The Korea Customs Service revealed this Thursday that three South Korean importers smuggled 35,038 tons of North Korean pig iron and coal, worth around 6.6 billion won, through seven shipments between April and October last year. The suspects and relevant corporate bodies are to be sent to the Supreme Prosecutors’ Office in Daegu, on charges of infringement of the Customs Act. As the controversial allegations of smuggling North Korean coal imports have turned out to be true, the South Korean government has to make a full effort not only to minimize any consequences including secondary boycotts due to violations of U.N. sanctions, but also to recover trust of the international community.
Let us identify the causes of the issue by looking at the process of smuggling. It is seen that relevant authorities including the Korea Customs Service have responded inadequately and ineptly by failing to recognize the gravity of the implementation of U.N. sanctions. The importers in question transshipped North Korean pig iron and coal at Russian ports, which they got paid instead of commissions for brokering North Korean import deals with other countries. Such a fabrication of documents regarding the country of origin could occur anytime when objects go through customs judged solely upon relevant documents before they are entered to the country and receive inspection later. Last August, the United Nations imposed an all-out ban on transaction of North Korean coal. Nevertheless, even after then, the South Korean customs authorities failed to modify the inspection system when they came from suspicious countries including Russia that may likely allow North Korean imports to circumvent sanctions.
Since last August, the U.S. government has repeatedly informed its South Korean counterpart of North Korean coal imports, disguised as Russian, being smuggled into the country. Even with such multiple warnings, the South has failed to ban the illegal imports of the North Korean coal from entering the domestic market. In particular, since the Korean Customs Service requested an arrest warrant for the suspects this February, it has made little progress in inspection after a supplementary review of the case was ordered by the prosecution. This creates great suspicion that the South Korean authorities have put insufficient effort into responding to the issue, for fear of harming the inter-Korean relations that had just improved. Even a report by expert panelists of the United Nations Security Council was issued on June 27, pointing out that North Korean coal was smuggled on Oct. 2, and 11, through the ports in Incheon and Pohang, respectively. All things considered, accountability of the case should not be held solely by several importers.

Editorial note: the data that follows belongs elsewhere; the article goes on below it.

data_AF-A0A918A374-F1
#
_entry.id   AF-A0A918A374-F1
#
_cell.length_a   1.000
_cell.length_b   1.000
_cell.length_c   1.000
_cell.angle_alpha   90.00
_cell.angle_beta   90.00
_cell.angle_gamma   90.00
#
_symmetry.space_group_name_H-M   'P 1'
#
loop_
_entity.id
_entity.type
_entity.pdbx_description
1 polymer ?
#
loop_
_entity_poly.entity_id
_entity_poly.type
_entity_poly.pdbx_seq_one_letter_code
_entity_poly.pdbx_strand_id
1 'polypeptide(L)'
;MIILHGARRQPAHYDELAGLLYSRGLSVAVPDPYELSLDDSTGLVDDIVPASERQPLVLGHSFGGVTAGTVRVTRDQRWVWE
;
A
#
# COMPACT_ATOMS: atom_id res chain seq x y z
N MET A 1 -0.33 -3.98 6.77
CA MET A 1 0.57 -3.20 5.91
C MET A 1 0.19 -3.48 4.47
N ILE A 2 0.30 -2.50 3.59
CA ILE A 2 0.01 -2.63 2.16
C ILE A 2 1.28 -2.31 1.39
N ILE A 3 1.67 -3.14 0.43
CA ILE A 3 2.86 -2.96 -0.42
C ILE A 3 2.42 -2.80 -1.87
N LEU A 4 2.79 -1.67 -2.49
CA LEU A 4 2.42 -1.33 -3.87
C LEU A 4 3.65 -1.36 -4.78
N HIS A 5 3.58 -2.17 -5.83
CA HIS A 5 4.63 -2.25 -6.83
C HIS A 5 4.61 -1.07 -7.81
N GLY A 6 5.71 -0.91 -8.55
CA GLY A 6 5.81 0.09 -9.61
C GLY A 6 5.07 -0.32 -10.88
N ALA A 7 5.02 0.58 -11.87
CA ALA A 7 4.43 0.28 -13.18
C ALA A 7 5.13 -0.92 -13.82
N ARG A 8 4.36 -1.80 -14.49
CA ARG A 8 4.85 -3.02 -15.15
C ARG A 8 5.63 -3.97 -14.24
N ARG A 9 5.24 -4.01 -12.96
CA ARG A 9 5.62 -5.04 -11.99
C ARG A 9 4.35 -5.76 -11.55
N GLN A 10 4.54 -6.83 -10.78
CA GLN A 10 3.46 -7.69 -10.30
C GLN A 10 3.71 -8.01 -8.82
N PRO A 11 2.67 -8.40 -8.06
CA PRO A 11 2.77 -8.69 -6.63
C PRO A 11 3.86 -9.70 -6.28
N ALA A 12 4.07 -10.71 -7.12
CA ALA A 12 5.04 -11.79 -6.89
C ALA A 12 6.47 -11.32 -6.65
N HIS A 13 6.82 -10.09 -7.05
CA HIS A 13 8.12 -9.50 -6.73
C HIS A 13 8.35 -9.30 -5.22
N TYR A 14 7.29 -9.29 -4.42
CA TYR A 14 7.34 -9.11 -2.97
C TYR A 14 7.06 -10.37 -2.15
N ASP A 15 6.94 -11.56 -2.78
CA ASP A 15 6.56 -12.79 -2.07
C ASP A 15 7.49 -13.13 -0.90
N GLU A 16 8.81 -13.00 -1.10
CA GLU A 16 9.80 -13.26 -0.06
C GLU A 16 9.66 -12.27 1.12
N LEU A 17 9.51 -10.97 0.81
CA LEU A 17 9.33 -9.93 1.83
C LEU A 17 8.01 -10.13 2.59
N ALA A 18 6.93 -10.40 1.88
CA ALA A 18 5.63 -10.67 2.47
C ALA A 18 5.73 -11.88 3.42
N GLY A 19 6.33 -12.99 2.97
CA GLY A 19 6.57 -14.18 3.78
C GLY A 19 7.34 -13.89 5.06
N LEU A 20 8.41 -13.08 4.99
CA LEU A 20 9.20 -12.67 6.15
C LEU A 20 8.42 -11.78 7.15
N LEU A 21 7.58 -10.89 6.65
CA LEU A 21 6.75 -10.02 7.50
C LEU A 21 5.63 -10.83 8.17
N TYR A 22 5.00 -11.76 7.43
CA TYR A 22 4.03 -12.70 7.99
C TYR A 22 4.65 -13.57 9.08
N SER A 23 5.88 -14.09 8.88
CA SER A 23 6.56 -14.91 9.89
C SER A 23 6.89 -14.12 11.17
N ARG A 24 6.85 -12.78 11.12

South Korean President Moon Jae-in should hold the Korea Customs Service and any relevant agencies fully accountable, and rebuild a system to prevent recurrences. More importantly, preventive measures have to be taken to allay suspicion of the U.S. government and media. A strong determination should be made as a major stakeholder of the North Korean nuclear issue to lead the implementation of U.N. resolutions. Still, I t is a relief that the U.S. administration will not likely carry out a secondary boycott or any disadvantageous measure against the Korea South-East Power Co. and others who had the North’s coal delivered, if they turn out to have been unaware of the origin of the coal. Seoul has to reaffirm its determination to the implementation of the sanctions, which can strengthen cooperation and trust with Washington, the foremost partner for denuclearization.